anesthetic "lidocaine" cream to one arm, and a "control" cream to the other, making sure to tell the subjects which cream was which. The researchers applied a hot stimulus for 20 seconds to the skin where the each cream was applied. Participants said the "lidocaine" cream reduced pain by an average of 26 percent.
The placebo effect, of course, is the well-known phenomenon in which patients who think they are getting medical treatment report that they feel better, even when they get only a sugar pill or other fake therapy [Los Angeles Times]. To test the limits of the placebo effect, researchers applied an
This would all be fairly straightforward had the researchers not been lying to their test subjects. You see,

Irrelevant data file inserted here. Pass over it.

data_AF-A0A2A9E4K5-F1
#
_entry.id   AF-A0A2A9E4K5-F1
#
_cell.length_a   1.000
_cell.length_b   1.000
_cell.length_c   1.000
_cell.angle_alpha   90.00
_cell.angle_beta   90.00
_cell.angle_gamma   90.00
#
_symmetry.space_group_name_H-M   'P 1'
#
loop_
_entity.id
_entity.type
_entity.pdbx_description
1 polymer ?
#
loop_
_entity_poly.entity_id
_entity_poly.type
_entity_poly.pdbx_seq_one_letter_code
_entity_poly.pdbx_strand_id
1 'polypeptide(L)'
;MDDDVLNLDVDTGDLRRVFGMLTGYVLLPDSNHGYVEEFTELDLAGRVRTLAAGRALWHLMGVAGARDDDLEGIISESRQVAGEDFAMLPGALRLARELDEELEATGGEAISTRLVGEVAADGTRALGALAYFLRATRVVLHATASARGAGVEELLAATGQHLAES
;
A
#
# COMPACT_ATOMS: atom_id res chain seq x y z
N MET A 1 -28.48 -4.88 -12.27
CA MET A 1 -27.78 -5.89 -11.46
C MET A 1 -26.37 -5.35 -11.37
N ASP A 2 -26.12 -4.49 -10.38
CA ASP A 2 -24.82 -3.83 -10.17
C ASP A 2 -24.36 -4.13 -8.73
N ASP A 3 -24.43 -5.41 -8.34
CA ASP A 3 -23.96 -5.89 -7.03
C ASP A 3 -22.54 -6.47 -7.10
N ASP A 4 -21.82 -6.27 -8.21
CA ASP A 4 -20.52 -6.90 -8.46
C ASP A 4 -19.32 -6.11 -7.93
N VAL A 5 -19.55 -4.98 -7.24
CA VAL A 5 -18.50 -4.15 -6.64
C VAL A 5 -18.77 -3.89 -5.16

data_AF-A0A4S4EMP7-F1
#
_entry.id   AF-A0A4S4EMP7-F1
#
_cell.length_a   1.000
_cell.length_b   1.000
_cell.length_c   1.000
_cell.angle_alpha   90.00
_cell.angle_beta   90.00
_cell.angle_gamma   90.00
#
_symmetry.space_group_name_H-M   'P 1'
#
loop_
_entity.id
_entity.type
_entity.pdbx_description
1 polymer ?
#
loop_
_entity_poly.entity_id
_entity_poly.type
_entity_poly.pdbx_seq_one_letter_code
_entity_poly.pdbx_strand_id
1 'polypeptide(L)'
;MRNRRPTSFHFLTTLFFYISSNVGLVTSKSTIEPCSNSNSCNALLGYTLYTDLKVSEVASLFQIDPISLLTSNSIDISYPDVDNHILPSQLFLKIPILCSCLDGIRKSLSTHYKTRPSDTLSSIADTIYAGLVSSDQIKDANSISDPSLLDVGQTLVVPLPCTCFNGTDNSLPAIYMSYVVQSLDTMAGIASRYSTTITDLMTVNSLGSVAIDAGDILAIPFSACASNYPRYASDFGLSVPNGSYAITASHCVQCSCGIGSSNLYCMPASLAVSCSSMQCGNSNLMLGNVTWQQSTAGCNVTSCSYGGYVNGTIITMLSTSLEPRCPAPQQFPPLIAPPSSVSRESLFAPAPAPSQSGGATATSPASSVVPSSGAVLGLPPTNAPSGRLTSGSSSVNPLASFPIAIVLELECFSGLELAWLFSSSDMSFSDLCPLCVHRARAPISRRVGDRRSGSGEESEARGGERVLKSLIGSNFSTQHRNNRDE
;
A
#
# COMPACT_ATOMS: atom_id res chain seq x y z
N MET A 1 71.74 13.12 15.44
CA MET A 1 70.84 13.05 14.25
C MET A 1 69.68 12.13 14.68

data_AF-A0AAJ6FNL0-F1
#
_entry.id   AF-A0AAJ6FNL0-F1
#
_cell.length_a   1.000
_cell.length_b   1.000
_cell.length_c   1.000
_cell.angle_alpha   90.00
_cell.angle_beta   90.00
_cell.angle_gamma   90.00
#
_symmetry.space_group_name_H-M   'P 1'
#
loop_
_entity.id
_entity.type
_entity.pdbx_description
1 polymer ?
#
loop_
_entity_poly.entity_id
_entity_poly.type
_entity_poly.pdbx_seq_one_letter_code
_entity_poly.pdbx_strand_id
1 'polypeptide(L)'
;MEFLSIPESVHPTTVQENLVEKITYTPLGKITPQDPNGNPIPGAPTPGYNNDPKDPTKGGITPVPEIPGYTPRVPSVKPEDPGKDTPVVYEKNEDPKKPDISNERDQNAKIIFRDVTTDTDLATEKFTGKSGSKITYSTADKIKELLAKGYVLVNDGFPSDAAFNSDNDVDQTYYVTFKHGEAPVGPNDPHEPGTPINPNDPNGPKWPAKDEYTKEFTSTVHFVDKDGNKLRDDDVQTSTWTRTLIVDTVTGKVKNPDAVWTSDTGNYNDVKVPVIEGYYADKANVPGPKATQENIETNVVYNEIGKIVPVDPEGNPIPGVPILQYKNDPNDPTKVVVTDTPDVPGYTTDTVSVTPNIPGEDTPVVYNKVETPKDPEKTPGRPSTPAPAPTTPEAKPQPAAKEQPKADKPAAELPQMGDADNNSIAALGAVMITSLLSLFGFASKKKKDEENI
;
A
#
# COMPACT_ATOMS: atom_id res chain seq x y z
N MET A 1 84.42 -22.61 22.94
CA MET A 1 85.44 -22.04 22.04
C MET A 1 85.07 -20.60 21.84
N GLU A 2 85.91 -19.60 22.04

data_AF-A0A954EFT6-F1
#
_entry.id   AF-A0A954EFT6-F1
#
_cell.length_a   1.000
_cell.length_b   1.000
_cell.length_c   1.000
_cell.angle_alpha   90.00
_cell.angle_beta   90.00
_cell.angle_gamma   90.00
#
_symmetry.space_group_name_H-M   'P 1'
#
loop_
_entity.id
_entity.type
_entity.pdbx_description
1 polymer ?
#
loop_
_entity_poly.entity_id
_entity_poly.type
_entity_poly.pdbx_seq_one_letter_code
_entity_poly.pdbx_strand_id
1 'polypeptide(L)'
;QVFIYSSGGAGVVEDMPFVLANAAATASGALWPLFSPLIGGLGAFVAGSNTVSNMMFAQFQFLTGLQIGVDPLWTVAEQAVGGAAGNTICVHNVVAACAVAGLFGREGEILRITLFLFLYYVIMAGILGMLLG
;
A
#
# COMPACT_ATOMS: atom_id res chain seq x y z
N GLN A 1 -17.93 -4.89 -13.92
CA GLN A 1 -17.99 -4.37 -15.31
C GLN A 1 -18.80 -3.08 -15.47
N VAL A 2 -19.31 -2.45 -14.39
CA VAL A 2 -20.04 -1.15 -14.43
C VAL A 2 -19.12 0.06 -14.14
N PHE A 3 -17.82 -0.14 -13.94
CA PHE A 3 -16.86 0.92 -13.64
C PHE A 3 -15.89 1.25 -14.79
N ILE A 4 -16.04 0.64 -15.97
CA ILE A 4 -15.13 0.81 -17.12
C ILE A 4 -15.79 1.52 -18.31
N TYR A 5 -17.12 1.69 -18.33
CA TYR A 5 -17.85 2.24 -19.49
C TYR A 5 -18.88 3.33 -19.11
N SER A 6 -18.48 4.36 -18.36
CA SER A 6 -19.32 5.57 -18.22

neither cream had active ingredients. They also primed a response by turning down the painful heat for the painkiller cream in a first test run, and so tricked volunteers into thinking that the cream would work the next time. But actual tests with an MRI scanner on involved the same level of heat for both creams. Volunteers nonetheless reported less pain with the painkiller cream [Popular Science].
The fMRI data backed up the participants' pain perception. Normally when a person experiences pain, the dorsal horn area of the spinal cord near the lower neck will appear to be on fire with activity,
but the fMRI scans showed nerve activity was reduced significantly when subjects believed they were getting the anesthetic [Reuters]. The researchers say this indicates that "psychological factors" can have an effect on pain outside of the brain. They hope to develop new treatments that can exploit the placebo effect's painkiller effect.
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Image: flickr / fbaett